This small owl is a permanent resident from the southwestern United States to southern South America, occurring in tropical, subtropical, and cold temperate lowlands (sea level to 1,400 m in the United States and Mexico; to 1,900 m in Central America). It occupies a wide variety of ecosystems, from semiarid desert scrub to lush tropical rain forest. Pairs typically nest in cavities excavated by woodpeckers, or those formed by limb decay, less often in forks or depressions in trees. In the United States, this owl inhabits live oak honey mesquite (Quercus virginiana-Prosopis glandulosa) woodlands, mesquite brush, and riparian areas of extreme southern Texas, and riparian woodlands and Sonoran desert scrub of south-central Arizona. In forested areas, nest sites are usually at the edges of clearings.
Ferruginous Pygmy-Owls are presumed monogamous, forming pairs during the fall of their first year after hatching, and nesting the following spring. Incubation and nestling development each last about 28 days. Females incubate 2–7 eggs, and both adults provide food for nestlings. Adults attend to fledglings until dispersal, 7–8 weeks after fledging.
An opportunistic predator, the Ferruginous Pygmy-Owl has a diet as diverse as its distribution, including insects, reptiles, amphibians, birds, and small mammals. Foraging rates peak during twilight hours, around sunrise and sunset. Because of its small size, long tail, and atypical diurnal and crepuscular behavior, the Ferruginous Pygmy-Owl may easily be mistaken for a passerine. When agitated, it perches with its tail cocked upward or jerks its tail up and down and from side to side.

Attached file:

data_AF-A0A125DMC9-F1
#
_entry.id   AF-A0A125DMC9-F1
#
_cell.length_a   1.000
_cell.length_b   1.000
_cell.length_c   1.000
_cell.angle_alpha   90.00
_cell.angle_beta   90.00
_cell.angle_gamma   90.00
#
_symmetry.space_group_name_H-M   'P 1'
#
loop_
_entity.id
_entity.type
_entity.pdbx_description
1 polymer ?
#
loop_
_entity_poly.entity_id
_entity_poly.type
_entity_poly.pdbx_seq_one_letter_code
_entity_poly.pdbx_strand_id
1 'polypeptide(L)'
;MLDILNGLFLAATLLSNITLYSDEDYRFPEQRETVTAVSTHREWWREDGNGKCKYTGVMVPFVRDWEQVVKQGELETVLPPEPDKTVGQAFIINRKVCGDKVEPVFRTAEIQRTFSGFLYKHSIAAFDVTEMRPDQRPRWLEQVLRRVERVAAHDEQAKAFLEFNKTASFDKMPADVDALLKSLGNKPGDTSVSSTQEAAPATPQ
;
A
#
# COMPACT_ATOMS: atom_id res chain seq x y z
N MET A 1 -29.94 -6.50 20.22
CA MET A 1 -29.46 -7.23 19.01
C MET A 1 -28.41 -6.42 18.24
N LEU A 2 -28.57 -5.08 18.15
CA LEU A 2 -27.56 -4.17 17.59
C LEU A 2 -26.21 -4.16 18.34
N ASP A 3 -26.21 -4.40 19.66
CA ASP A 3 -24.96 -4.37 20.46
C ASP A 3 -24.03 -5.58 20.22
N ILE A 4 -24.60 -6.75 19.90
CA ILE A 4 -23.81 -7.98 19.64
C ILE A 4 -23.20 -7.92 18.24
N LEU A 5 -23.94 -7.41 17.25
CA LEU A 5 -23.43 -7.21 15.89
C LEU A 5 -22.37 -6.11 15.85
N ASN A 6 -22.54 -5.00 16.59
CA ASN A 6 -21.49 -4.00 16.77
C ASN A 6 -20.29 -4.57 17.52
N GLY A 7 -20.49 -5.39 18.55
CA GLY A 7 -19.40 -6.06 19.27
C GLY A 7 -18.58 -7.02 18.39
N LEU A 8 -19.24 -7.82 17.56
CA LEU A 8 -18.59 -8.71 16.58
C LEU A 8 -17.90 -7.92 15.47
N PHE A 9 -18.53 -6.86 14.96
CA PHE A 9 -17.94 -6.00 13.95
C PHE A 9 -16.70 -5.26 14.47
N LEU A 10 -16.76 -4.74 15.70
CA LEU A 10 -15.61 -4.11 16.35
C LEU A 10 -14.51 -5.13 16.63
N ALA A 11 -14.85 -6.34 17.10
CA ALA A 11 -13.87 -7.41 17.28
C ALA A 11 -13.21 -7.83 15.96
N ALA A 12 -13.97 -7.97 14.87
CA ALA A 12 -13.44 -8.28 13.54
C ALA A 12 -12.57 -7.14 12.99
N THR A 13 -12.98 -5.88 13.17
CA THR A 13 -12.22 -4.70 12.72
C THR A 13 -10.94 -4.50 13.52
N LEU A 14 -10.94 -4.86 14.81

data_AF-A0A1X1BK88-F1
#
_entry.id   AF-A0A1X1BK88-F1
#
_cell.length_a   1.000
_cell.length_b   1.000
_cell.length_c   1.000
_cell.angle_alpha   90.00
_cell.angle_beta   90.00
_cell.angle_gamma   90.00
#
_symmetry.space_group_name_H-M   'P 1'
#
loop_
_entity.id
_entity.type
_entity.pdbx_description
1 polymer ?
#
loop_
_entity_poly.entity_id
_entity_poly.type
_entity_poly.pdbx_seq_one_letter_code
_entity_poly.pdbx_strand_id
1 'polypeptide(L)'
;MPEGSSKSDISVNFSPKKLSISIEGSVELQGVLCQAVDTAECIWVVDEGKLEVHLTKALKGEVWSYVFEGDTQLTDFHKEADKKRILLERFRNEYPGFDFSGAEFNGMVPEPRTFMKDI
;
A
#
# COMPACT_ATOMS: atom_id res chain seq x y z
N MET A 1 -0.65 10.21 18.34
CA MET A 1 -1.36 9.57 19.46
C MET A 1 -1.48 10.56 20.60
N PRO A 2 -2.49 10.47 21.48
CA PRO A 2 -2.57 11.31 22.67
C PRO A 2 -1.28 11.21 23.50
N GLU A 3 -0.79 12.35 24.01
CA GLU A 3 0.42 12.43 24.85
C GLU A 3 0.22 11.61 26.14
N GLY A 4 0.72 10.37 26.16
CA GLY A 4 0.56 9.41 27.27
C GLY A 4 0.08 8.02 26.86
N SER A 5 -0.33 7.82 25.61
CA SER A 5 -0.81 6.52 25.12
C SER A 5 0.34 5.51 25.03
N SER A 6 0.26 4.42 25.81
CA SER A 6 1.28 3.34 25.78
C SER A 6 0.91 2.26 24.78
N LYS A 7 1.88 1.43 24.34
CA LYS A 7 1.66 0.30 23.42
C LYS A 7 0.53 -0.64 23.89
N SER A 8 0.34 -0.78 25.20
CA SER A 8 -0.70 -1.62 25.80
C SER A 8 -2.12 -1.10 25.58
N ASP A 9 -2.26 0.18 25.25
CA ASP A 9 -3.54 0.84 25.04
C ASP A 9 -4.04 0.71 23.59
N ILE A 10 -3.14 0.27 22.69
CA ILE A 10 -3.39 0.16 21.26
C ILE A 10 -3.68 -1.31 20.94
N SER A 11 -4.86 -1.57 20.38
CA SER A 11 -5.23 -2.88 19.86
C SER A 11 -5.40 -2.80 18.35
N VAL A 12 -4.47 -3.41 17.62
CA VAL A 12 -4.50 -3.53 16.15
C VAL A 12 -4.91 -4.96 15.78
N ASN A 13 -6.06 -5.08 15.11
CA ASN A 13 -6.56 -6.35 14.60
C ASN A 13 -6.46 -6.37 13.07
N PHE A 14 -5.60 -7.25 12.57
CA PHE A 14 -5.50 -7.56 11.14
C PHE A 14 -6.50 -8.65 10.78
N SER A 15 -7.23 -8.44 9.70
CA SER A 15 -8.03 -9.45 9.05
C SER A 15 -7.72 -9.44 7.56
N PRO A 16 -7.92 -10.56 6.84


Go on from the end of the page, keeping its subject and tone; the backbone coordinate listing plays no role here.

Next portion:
From 1840 to 1991 this was the most collected species of owl in Mexico (Enríquez-Rocha et al. 1993), and it may be the most common small owl in lowland areas of the American Tropics (Oberholser 1974c). At the northern extreme of its range in Arizona, however, it is considered scarce and listed as Endangered, even though formerly common there in cottonwood-mesquite (Populus-Prosopis) woodlands and forests, nesting in Gila Woodpecker (Melanerpes uropygialis) and Gilded Flicker (Colaptes chrysoides) cavities.
Until recent studies in Texas (Proudfoot 1996, Proudfoot and Beasom 1996, Proudfoot and Radomski 1997, Proudfoot et al. 1998) and Arizona (Abbate et al. 1996, W. Richardson pers. comm.), life-history information, especially breeding biology, was limited for this species. Current studies are addressing nest activity, nestling development, mortality, site fidelity, habitat requirements, and dispersal of young in Arizona and Texas.
To avoid reference redundancies, further information addressing research in Texas is by Proudfoot (GAP), unless other citations are given.